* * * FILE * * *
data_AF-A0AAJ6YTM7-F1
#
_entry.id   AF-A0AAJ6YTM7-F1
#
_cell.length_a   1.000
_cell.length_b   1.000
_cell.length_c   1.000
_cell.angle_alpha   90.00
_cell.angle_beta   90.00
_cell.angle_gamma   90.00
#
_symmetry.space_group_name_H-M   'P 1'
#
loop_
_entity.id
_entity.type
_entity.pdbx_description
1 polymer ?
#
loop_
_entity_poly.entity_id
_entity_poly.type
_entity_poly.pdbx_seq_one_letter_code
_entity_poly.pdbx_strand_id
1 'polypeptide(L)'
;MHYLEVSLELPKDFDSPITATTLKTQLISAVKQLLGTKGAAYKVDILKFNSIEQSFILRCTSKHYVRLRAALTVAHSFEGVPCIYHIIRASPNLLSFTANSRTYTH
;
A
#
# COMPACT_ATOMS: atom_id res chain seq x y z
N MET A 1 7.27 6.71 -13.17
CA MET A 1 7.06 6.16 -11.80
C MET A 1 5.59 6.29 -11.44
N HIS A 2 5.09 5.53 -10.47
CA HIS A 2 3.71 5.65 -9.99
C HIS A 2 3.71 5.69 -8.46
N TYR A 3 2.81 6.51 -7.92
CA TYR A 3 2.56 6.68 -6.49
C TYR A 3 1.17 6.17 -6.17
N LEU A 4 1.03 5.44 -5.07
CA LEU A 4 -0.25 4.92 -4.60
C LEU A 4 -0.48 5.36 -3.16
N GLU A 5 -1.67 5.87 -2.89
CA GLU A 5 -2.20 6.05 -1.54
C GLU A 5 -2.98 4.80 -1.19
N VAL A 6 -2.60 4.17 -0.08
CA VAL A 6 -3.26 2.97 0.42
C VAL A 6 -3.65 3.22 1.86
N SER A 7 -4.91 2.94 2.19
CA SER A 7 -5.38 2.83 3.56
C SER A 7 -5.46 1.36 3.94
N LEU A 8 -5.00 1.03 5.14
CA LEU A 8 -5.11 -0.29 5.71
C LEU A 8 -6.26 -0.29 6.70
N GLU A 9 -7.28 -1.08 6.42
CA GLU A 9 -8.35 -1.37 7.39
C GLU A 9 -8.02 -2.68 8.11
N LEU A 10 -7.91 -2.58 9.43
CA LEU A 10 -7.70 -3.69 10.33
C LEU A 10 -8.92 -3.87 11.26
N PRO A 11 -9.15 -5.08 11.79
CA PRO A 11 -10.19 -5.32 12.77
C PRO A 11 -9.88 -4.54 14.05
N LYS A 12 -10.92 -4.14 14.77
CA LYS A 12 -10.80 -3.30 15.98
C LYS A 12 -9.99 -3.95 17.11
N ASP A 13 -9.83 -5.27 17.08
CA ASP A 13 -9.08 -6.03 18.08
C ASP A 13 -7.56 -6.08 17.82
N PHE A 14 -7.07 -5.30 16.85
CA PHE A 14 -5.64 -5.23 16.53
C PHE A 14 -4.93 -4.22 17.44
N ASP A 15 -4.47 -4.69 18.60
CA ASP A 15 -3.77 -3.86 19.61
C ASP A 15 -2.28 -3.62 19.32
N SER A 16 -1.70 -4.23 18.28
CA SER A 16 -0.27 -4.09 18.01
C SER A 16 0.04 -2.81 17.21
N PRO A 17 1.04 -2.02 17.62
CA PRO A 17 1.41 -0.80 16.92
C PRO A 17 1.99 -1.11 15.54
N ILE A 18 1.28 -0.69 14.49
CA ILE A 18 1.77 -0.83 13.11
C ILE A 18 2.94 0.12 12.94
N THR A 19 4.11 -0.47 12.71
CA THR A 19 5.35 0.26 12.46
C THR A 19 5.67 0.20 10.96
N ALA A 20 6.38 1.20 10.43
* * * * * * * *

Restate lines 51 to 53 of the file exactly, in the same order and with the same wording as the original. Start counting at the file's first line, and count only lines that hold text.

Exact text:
C SER A 7 -5.46 1.36 3.94
N LEU A 8 -5.00 1.03 5.14
CA LEU A 8 -5.11 -0.29 5.71